Protests in Hong Kong took yet another violent turn this week when a man was set on fire by agitating youngsters. A chilling video surfaced on Monday that showed the victim arguing with a group of protesters before someone douses him with a liquid and sets him on fire. The man was said to be in a critical condition. Meanwhile, in a separate incident Hong Kong police shot and critically wounded a protester. This deviated from the standard practice of using rubber bullets or firing in the air. But then again, the Hong Kong protesters have become increasingly violent in the last five months and have willfully attacked police personnel and engaged in wanton vandalism and arson. In fact, yesterday at the Chinese University protesters battled police with home-made petrol bombs.
As I have said before, the moment a popular movement turns violent it loses moral authority. After all, only the state can have monopoly over violence. Therefore, no matter how legitimate the demands of the Hong Kong protesters are, taking recourse to violence cannot be justified under any circumstances. And setting a man on fire just because he has a different point of view is abominable. As a matter of fact, the protesters have already gone too far and painted themselves as anarchists. I just don’t see how the Hong Kong government or the government in Beijing can agree to the protesters’ demands at this point. It would be akin to a capitulation of the authority of the state.
If the protesters continue on this path they will soon lose all sympathy. In fact, Beijing may be waiting for this point to aggressively intervene in Hong Kong. And if that happens, the protesters would have done the most damage to Hong Kong’s special status under the ‘One Country, Two Systems’ formula. Let’s face it, the entire international community recognises that Hong Kong is part of China. And neither can Hong Kong swim away from China. Therefore, the protesters should have moulded their movement in a strategically mature way to get their demands met. In fact, they have already secured their primary demand of scrapping the controversial extradition bill that would have seen fugitives being extradited to mainland China. After that, demanding an inquiry into police brutality and asking for a direct election system for Hong Kong could have been done tactically. But asking for Hong Kong chief executive Carrie Lam’s resignation and agitating on this score is both impractical and ironical. If the protesters want to protect and enhance Hong Kong’s democratic way of life, they should try to defeat Lam democratically.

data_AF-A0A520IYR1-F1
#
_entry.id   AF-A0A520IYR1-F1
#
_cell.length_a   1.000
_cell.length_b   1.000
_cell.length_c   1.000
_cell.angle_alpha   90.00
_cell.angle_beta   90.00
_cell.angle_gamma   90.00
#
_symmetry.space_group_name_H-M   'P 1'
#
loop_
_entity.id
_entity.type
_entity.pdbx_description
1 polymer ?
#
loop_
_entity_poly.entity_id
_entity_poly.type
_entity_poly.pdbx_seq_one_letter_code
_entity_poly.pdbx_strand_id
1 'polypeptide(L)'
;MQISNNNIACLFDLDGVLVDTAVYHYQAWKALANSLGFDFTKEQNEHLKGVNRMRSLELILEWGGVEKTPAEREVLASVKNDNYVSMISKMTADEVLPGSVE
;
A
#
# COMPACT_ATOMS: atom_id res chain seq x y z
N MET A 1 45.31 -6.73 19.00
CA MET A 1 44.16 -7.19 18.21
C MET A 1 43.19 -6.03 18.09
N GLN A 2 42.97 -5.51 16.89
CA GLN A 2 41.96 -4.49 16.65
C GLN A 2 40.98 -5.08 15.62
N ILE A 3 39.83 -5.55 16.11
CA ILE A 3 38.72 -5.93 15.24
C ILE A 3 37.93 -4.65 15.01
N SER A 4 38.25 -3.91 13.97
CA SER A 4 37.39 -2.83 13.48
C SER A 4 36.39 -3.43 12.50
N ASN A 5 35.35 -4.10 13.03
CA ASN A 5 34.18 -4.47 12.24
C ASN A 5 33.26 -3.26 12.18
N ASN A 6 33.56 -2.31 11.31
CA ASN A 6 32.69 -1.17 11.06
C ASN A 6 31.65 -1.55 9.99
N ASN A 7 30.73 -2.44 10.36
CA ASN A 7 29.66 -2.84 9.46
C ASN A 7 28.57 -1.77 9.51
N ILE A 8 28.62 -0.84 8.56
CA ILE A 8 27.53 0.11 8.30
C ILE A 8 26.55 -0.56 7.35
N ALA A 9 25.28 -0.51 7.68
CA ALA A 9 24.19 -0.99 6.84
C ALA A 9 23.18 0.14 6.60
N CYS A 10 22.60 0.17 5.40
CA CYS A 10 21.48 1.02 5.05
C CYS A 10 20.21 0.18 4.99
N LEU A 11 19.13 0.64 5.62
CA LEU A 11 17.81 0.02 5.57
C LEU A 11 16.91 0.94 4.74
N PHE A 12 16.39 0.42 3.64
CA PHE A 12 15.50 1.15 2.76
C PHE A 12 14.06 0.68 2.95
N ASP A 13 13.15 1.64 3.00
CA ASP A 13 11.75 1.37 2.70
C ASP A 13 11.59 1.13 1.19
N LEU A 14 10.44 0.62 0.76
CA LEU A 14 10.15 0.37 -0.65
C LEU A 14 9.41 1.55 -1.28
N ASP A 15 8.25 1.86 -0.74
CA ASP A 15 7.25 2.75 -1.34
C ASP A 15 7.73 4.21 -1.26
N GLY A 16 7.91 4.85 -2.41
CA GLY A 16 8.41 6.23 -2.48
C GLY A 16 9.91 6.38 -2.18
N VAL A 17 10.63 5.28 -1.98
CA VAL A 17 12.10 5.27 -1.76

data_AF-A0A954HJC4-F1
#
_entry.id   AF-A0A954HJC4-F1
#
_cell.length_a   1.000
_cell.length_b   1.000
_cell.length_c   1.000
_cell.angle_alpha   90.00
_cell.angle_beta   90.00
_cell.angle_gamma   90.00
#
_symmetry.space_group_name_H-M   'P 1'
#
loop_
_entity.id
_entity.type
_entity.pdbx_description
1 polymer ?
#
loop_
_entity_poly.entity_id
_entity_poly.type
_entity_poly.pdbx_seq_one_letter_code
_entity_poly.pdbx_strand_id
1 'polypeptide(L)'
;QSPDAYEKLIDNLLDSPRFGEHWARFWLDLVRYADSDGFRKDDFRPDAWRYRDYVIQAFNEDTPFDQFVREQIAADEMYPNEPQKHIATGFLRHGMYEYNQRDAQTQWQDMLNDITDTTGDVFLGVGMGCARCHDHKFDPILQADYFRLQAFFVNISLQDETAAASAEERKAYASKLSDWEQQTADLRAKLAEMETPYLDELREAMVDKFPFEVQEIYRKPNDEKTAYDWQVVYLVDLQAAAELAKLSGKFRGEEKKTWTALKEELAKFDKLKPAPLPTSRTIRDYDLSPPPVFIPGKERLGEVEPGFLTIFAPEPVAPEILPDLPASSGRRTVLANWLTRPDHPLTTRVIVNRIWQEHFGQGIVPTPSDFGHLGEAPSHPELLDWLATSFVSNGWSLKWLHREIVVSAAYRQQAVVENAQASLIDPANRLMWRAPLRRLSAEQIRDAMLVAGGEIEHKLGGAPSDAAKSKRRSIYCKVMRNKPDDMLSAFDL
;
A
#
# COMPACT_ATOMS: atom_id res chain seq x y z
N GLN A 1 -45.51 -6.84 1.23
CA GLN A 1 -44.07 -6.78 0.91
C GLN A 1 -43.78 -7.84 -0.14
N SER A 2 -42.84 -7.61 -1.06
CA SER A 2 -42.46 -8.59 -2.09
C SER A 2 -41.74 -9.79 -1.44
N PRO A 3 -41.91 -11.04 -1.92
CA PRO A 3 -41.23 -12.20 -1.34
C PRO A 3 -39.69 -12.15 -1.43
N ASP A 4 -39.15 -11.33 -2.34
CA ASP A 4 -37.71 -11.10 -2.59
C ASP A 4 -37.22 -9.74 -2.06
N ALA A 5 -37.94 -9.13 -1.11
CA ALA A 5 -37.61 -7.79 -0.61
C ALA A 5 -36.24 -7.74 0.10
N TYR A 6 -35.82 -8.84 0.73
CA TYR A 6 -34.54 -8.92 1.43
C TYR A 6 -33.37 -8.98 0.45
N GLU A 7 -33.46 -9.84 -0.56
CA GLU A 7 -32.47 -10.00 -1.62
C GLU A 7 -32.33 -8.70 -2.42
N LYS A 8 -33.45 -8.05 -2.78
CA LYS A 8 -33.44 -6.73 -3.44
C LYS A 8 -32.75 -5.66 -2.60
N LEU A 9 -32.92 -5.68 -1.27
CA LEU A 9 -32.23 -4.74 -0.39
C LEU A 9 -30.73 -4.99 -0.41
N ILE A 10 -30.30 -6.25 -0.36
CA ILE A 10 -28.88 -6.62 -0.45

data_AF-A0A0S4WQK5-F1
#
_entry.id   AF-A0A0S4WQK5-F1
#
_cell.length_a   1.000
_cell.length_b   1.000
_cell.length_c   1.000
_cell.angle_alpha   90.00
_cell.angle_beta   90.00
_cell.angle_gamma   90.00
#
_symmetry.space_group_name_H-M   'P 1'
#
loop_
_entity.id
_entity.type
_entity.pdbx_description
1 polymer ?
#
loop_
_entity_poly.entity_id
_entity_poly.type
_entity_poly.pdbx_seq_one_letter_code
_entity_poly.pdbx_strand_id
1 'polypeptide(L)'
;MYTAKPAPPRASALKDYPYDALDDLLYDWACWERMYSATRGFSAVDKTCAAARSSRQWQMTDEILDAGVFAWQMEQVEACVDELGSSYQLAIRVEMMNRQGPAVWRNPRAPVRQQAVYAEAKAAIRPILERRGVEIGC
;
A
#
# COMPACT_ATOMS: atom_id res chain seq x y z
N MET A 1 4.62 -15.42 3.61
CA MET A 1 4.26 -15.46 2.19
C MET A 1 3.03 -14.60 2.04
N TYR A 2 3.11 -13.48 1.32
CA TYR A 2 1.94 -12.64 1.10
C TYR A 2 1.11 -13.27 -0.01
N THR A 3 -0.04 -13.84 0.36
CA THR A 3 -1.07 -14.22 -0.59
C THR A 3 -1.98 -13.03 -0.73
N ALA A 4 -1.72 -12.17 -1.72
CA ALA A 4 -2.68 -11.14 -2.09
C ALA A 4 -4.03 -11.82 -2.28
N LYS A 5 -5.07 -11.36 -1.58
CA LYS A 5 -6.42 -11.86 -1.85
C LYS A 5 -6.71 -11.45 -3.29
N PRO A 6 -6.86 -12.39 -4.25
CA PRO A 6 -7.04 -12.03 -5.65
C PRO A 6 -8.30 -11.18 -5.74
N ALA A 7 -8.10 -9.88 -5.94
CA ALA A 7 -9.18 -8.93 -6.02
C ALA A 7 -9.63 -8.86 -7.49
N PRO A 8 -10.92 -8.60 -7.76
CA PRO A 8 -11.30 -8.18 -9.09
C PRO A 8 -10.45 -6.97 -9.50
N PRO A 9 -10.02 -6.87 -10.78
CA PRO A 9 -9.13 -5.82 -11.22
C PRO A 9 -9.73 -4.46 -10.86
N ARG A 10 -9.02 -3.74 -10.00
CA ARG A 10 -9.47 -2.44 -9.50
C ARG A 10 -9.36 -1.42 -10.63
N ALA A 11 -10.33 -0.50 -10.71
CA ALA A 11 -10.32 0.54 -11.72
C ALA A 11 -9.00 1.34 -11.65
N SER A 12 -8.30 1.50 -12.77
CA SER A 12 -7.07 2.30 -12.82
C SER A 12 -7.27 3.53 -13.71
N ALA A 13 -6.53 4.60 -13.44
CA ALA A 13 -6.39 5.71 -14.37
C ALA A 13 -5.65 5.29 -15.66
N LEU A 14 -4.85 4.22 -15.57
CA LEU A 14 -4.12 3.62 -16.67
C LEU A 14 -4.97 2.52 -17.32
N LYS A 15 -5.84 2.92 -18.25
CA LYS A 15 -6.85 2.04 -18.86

In many ways today’s technology-driven world holds greater potential for disorder and mischief. Thanks to the reach of social media, smart phones and other communication technologies, getting people emotionally charged and mobilising them is easier and faster than before. In such a scenario, one has to guard against nefarious elements – both domestic and foreign – fomenting chaos and violence. It is a tricky issue that pits basic freedoms against overall security of society. This is why the line must be drawn under violence. Popular movements should mobilise peacefully in pushing for their demands. If they turn violent, then the state has every right and obligation to intervene to prevent chaos. Hong Kong protesters should realise this and go back to peaceful protests.
DISCLAIMER : Views expressed above are the author’s own.